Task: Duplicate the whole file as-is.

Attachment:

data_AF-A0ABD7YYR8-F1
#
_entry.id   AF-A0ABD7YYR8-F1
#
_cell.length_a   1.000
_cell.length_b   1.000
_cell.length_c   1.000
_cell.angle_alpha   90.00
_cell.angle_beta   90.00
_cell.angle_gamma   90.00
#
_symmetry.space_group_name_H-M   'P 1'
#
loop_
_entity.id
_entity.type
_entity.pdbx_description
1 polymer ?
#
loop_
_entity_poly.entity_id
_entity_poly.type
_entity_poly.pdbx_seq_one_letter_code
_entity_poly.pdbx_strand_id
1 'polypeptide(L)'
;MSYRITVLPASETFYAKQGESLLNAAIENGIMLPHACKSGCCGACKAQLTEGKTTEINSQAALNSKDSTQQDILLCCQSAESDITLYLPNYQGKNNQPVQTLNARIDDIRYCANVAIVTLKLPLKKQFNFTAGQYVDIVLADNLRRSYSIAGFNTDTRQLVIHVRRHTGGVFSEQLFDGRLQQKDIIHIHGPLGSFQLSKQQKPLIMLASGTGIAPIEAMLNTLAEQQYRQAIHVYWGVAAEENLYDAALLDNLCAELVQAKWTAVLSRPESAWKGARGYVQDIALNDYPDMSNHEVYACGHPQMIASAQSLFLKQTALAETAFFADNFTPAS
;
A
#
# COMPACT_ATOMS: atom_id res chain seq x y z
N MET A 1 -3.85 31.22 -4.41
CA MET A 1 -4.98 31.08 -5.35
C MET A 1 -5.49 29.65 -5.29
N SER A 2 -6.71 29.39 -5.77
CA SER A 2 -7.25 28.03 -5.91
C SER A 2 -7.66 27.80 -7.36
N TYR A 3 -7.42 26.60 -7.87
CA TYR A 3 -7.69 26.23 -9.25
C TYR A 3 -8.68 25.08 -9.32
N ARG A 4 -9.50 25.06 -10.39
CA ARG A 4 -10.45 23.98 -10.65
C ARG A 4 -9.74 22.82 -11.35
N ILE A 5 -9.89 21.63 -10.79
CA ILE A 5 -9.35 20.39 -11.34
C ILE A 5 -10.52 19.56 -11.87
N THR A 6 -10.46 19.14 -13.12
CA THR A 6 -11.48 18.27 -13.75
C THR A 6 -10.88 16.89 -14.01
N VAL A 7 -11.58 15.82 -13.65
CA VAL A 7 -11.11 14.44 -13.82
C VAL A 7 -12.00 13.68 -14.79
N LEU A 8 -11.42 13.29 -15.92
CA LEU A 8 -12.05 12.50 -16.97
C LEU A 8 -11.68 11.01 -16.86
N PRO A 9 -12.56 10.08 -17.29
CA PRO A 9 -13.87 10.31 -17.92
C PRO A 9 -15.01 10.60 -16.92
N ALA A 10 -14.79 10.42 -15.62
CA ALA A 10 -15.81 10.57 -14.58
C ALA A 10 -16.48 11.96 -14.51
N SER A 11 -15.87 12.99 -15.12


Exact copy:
data_AF-A0ABD7YYR8-F1
#
_entry.id   AF-A0ABD7YYR8-F1
#
_cell.length_a   1.000
_cell.length_b   1.000
_cell.length_c   1.000
_cell.angle_alpha   90.00
_cell.angle_beta   90.00
_cell.angle_gamma   90.00
#
_symmetry.space_group_name_H-M   'P 1'
#
loop_
_entity.id
_entity.type
_entity.pdbx_description
1 polymer ?
#
loop_
_entity_poly.entity_id
_entity_poly.type
_entity_poly.pdbx_seq_one_letter_code
_entity_poly.pdbx_strand_id
1 'polypeptide(L)'
;MSYRITVLPASETFYAKQGESLLNAAIENGIMLPHACKSGCCGACKAQLTEGKTTEINSQAALNSKDSTQQDILLCCQSAESDITLYLPNYQGKNNQPVQTLNARIDDIRYCANVAIVTLKLPLKKQFNFTAGQYVDIVLADNLRRSYSIAGFNTDTRQLVIHVRRHTGGVFSEQLFDGRLQQKDIIHIHGPLGSFQLSKQQKPLIMLASGTGIAPIEAMLNTLAEQQYRQAIHVYWGVAAEENLYDAALLDNLCAELVQAKWTAVLSRPESAWKGARGYVQDIALNDYPDMSNHEVYACGHPQMIASAQSLFLKQTALAETAFFADNFTPAS
;
A
#
# COMPACT_ATOMS: atom_id res chain seq x y z
N MET A 1 -3.85 31.22 -4.41
CA MET A 1 -4.98 31.08 -5.35
C MET A 1 -5.49 29.65 -5.29
N SER A 2 -6.71 29.39 -5.77
CA SER A 2 -7.25 28.03 -5.91
C SER A 2 -7.66 27.80 -7.36
N TYR A 3 -7.42 26.60 -7.87
CA TYR A 3 -7.69 26.23 -9.25
C TYR A 3 -8.68 25.08 -9.32
N ARG A 4 -9.50 25.06 -10.39
CA ARG A 4 -10.45 23.98 -10.65
C ARG A 4 -9.74 22.82 -11.35
N ILE A 5 -9.89 21.63 -10.79
CA ILE A 5 -9.35 20.39 -11.34
C ILE A 5 -10.52 19.56 -11.87
N THR A 6 -10.46 19.14 -13.12
CA THR A 6 -11.48 18.27 -13.75
C THR A 6 -10.88 16.89 -14.01
N VAL A 7 -11.58 15.82 -13.65
CA VAL A 7 -11.11 14.44 -13.82
C VAL A 7 -12.00 13.68 -14.79
N LEU A 8 -11.42 13.29 -15.92
CA LEU A 8 -12.05 12.50 -16.97
C LEU A 8 -11.68 11.01 -16.86
N PRO A 9 -12.56 10.08 -17.29
CA PRO A 9 -13.87 10.31 -17.92
C PRO A 9 -15.01 10.60 -16.92
N ALA A 10 -14.79 10.42 -15.62
CA ALA A 10 -15.81 10.57 -14.58
C ALA A 10 -16.48 11.96 -14.51
N SER A 11 -15.87 12.99 -15.12